Under questioning by congressional investigators as to why he went home at 10 p.m. on Aug. 29 amid conflicting reports about flooding and levee breaches, Rapuano indicated that the administration did not believe the White House was supposed to be a command center. He says he went home believing that FEMA's Michael Brown had all the resources he needed and that extensive search-and-rescue efforts were under way in New Orleans. Trent Duffy, a White House spokesman, said earlier this year: "The White House is not an operational institution. It doesn't run the nitty-gritty in natural disasters, and it doesn't direct bombing sorties in Iraq."

Some congressional investigators say it now seems somewhat ironic that having belatedly found the Aug. 29 conference-call transcript, the administration is now touting it as evidence of deep presidential—and White House—involvement in the crisis. White House spokesman Scott McClellan on Aug. 31 told reporters on Air Force One that the president was still deeply engaged in responding to Katrina. McClellan said Bush participated in a conference call that included Vice President Dick Cheney, Brown of FEMA, Homeland Security Secretary Michael Chertoff, White House Homeland Security adviser Frances Townsend, chief of staff Andy Card, deputy chief of staff Karl Rove, deputy national-security adviser J. D. Crouch, White House Communications Director Dan Bartlett and others.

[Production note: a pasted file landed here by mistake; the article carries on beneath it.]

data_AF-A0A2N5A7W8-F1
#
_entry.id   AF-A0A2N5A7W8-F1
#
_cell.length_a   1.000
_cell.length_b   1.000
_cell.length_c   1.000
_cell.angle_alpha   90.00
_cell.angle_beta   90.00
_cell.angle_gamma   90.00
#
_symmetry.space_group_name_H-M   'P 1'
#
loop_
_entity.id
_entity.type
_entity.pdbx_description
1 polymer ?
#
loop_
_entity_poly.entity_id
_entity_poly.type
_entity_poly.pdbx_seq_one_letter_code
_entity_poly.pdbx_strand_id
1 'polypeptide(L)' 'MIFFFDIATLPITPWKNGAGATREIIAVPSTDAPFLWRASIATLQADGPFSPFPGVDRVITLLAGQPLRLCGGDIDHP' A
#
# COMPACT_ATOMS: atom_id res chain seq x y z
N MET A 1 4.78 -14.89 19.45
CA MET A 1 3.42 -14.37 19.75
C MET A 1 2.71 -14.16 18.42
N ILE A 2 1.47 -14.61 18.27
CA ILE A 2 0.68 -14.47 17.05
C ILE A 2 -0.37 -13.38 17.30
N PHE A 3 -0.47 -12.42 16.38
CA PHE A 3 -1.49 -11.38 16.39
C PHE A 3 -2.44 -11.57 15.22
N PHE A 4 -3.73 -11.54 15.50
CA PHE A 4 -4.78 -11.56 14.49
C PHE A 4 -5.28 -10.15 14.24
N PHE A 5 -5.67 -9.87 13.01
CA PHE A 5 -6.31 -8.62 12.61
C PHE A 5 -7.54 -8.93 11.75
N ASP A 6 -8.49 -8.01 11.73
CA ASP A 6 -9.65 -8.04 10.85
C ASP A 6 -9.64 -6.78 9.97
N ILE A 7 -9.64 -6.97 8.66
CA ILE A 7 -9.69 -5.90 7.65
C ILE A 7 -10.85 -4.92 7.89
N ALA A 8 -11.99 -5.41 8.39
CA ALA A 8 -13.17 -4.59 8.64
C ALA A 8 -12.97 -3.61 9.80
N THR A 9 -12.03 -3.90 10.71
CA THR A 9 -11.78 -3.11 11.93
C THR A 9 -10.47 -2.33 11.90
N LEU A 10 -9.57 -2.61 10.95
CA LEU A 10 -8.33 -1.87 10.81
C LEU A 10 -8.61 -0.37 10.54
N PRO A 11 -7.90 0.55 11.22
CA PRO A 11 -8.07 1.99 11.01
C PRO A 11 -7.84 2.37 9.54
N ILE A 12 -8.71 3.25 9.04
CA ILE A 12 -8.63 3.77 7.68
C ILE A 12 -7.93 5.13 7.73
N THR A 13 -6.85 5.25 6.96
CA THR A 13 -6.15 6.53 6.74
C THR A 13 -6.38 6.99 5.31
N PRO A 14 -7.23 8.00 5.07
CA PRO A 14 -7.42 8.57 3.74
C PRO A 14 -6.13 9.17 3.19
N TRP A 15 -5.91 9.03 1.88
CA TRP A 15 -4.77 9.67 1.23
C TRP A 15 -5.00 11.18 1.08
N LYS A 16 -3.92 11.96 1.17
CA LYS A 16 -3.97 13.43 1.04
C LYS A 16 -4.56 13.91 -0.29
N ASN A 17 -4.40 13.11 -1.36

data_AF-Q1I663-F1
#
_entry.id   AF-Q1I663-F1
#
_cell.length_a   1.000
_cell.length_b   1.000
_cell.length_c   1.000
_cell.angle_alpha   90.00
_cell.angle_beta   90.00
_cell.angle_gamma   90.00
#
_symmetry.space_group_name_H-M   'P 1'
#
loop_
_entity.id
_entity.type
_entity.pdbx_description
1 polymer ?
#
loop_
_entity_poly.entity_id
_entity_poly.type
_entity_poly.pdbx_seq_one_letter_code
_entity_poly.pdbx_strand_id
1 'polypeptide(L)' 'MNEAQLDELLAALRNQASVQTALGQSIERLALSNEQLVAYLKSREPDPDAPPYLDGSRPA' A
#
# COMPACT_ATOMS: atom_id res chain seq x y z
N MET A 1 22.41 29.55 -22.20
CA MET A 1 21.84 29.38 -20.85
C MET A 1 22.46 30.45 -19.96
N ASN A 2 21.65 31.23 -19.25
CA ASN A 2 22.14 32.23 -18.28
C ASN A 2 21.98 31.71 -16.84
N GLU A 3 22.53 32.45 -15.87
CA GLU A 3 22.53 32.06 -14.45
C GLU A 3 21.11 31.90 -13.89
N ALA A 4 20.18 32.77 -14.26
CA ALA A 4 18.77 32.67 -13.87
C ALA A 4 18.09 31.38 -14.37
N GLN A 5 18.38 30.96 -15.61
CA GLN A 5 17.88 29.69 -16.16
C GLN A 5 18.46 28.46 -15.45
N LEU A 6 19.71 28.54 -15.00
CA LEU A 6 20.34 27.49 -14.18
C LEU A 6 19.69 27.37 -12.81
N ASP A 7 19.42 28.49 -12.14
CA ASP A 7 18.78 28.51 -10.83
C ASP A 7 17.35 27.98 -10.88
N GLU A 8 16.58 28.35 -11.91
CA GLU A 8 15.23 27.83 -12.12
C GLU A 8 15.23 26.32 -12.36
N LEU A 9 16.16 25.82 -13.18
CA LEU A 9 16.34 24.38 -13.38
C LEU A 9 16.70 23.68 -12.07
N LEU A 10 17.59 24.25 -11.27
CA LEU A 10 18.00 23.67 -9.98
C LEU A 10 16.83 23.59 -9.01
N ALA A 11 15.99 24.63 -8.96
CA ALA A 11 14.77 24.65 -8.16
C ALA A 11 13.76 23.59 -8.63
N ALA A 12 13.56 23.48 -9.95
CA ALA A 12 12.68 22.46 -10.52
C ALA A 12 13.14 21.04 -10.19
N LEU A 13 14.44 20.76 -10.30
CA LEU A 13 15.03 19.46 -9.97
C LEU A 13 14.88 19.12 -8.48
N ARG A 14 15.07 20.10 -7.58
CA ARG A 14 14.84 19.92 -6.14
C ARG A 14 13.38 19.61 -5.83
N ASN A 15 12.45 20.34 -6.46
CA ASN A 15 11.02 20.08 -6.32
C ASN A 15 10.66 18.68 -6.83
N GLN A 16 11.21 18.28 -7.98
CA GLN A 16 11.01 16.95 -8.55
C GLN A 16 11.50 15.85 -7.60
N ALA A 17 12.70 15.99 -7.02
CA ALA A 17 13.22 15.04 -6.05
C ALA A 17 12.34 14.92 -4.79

Congressional investigators say they can't recall seeing a transcript of this Aug. 31 conference call. An administration official said the White House is withholding the Aug. 31 transcript in order to protect the confidentiality of communications between the president and his advisers. Brown now says that after initially being deeply immersed in the crisis, "I think the president assumed, despite my warnings about FEMA's marginalization, that it could handle a catastrophic disaster, too. Clearly that was not the case because of budget and personnel cuts imposed by Homeland Security."

Original Text

I'm not entirely sure what this is a huge story. After Bush was told the US was under attack on 911, he sat in that classroom for seven minutes doing nothing. Lucky for those children it wasn't a nuclear attack. After Bush was warned about Katrina, he did what Bush always does - nothing. After all, he was on vacation (and with over one year of vacation time under his belt, Bush can't be expected to know what really going on can he?)

On the other hand, not giving congress this transcript is also typical of his contempt of congress (and the truth). The GOP will defend his incompetence and criminal behavior because that's all that's left of the party - defend Bush.